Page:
A Taste of Sustainability
5 May 2020

It’s more than just the ‘BYO mug’ trend.

‘Sustainability’ has been a buzz word thrown around; but is it just a fad? A quick search on Google Trends showed that the term has been buzzing since the late 2000s and was peaking towards the end of 2019. Sustainability is now mainstream. Loosely defined as the ability to be maintained at a certain rate or level, ‘sustainability’ lies in the eyes of the beholder – everyone has a different take to it; but, it definitely takes more than just bringing your own (BYO) mugs to get you daily cup of joe. 

‘Voting’ with your wallet and picking brands whose values align with yours, and enable you to live a more sustainable lifestyle, is another way you can make a difference. Sustainable living is not complicated; mindfulness is everything.

Share the world’s anti-plastic sentiment? Reducing single-use plastic and replacing them with a more sustainable option is key to tackling the plastic waste crisis. Recycling plastic is tougher than simply using sustainable alternatives – so do not over rely on it.

Adopting circular strategies and having net-zero emissions are admittedly difficult for companies to achieve – the world is currently only 8.6% circular and nowhere near limiting global warming. While companies innovate, collaborate and demonstrate their willingness to create closed-loop systems, us as consumers also have a part to play – back their values by choosing to spend your monies with them.

Start small – BYO

Do not get us wrong; BYO mugs is a great first step to take. Aside from saving actual cash when you BYO mugs to cafés such as Starbucks and Kraftwich by Swissbake, you are reducing the usage of single-use containers, or even the need to recycle them, and thus leading to less carbon footprint. Starbucks also encourages diners to BYO reusable bags on your coffee runs, and reduce wastage of straws, stoppers, napkins and more by taking only what you need. It is vital to note that even the most minuscule effort can bring about positive impacts. Only when there is an optimal interaction between environmental, social and economic elements, sustainability can be ensured a long-term success.

‘Vote’ with your wallet

While more and more brands are being increasingly socially responsible and open about their sustainability efforts, many cafés have been doing that since the very beginning. The Social Space, a beautiful multi-concept social enterprise promoting low-waste, conscious living and inclusive employment, is one of them. Instead of plastic bags, The Social Place uses shopping bags made of cassava starch which is 100% compostable and edible. Even their takeaway coffee cups and takeaway food containers are made of edible ingredients, like corn starch and sugar cane. Single-use plastics are definitely a no-no there. Aside from food and beverages, socially conscious goods that encourage a zero-waste and plastic-free lifestyle are also available for purchase. Beeswax wrap to replace single-use cling wraps, pens that can be planted after use, package-free soap and shampoo bars, a raillery section for customers to refill essentials such as laundry detergent and dishwashing liquid, can all be found in one space.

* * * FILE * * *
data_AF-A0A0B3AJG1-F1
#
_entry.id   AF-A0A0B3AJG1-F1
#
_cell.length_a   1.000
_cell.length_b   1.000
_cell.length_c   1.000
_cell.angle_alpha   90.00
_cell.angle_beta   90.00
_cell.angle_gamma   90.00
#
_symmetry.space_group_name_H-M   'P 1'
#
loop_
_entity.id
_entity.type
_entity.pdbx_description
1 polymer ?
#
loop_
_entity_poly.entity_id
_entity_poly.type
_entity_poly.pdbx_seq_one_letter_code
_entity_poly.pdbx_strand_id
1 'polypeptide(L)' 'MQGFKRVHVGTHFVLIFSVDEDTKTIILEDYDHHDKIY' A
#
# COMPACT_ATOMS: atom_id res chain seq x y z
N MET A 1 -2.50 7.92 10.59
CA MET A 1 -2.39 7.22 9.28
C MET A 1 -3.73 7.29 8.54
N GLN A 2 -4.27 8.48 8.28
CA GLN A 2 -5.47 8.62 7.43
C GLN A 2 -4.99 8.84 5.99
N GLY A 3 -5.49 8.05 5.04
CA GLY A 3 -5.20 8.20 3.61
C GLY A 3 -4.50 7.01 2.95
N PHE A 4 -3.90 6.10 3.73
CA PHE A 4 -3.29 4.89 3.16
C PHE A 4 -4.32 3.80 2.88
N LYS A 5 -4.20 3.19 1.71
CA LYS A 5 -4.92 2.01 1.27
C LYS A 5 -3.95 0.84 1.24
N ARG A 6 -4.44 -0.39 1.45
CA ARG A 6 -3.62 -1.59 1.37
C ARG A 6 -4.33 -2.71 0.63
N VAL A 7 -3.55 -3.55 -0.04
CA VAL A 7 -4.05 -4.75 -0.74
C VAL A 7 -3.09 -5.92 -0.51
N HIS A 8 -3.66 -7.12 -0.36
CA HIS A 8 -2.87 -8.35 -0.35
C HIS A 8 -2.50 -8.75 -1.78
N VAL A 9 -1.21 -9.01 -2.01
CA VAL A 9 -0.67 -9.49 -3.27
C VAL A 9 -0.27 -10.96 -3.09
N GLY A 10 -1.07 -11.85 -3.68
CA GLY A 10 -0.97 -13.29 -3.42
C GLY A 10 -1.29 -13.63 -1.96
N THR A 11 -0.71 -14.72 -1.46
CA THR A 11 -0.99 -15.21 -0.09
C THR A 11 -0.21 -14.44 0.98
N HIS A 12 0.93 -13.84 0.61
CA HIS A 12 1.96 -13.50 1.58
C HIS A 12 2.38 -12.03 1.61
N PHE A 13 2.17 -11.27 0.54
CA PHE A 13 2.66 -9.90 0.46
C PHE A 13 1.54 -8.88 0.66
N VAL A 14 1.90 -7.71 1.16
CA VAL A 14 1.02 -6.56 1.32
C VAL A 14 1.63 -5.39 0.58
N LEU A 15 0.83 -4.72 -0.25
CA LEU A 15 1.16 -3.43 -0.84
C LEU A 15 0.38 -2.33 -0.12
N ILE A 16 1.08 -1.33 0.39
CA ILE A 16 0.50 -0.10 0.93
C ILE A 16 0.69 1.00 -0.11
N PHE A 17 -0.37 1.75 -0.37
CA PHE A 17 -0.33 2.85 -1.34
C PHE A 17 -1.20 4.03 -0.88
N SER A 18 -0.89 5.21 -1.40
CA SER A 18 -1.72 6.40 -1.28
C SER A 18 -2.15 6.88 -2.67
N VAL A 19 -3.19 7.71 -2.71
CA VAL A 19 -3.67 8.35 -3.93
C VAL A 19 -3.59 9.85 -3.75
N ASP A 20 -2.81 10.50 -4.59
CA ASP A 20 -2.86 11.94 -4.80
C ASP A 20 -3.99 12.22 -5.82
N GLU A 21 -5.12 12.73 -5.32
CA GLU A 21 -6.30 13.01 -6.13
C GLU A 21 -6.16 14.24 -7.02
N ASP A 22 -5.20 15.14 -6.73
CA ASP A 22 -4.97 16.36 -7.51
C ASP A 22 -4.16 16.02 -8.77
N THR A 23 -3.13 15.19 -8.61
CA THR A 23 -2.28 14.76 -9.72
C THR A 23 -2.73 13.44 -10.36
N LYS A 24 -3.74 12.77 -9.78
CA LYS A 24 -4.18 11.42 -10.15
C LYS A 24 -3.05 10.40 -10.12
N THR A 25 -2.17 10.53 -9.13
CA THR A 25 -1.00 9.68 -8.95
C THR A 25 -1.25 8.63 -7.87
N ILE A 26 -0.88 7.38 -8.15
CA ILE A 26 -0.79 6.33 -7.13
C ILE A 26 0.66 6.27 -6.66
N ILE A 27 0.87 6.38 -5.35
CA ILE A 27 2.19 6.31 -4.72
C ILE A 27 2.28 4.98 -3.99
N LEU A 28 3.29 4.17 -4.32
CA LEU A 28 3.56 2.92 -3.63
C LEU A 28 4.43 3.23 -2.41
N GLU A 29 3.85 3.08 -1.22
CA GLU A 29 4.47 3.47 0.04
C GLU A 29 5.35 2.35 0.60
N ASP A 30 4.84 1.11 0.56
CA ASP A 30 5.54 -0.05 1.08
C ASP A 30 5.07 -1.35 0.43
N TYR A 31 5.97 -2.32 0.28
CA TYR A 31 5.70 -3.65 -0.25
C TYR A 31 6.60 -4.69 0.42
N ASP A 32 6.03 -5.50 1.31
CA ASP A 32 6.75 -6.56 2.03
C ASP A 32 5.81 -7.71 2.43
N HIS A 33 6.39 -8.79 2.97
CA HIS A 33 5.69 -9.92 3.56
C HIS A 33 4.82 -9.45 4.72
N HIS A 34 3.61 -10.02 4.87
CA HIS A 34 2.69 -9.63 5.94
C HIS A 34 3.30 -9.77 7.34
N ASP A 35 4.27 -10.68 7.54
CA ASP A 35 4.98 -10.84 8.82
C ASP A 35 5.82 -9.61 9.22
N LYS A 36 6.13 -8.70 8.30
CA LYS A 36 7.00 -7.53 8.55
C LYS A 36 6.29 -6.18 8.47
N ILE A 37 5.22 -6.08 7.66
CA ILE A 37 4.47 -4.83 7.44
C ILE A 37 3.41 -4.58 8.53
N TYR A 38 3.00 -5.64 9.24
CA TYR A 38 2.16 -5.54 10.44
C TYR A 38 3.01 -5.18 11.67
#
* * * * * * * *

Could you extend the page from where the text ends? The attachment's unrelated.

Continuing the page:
Say ‘no’ to plastics

Other than BYO mugs or tumblers, it is also now common to see café goers reducing the use of straws and bringing their own carriers instead of using plastic bags. Aside from Starbucks and Kraftwich, many other cafés have also followed through and hopped on the ‘sustainable’ train to provide things such as non-plastic straws, ethically sourced coffee, and giving diners the option to opt out of having take-out cutleries. Places like The Sandwich Shop and The Daily Cut use plastic cutleries that are biodegradable. It is simple things like this that make being sustainable not feel like a chore; you can enjoy the best of both worlds – savour coffee and treats while playing a part in being a sustainable rockstar.

Close the loop

It is a challenge – but companies like Starbucks are stepping up to it. At the start of 2020, Starbucks announced their multi-decade commitment to be a resource-positive company. Aside from storing more carbon than it emits, Starbucks also aims to eliminate waste and provide more clean-freshwater than it uses. Some strategies Starbucks is implementing include expanding its plant-based options to improve the environmental impacts of existing meat and dairy supply chains, and investing in better ways to manage waste like offering free coffee grounds to gardeners to use as compost. Imagine this, have a cup of coffee at Starbucks and the world gets a little bit better – how nice that would be.

Another company giving their best shot at closing the loop is retail store The Fashion Pulpit. Begun with the aim of offering chic pieces without hurting neither your wallet nor the planet, the one-and-a-half-year-old store is where you can swap, upcycle and mend your fashion items to prolong its life, instead of just buying in to fast fashion – one of the biggest polluters in the world.

Cafés and shops, being frequently visited, are great starting points for people to be more conscious about living a sustainably life and to play a part towards being a more sustainable society. It is only through ensuring economic viability, having a negligible or positive impact on the environment, so that it can naturally support the retail industry for an indefinite period of time, ensues that individuals in the society have a better standard of life.

The Social Space (#01-03), Kraftwich by Swissbake (#B2-31/32), The Sandwich Shop (#B2-05), Starbucks (#B2-08), The Daily Cut (#B2-41/42) and The Fashion Pulpit (#01-04) are located at Marina One.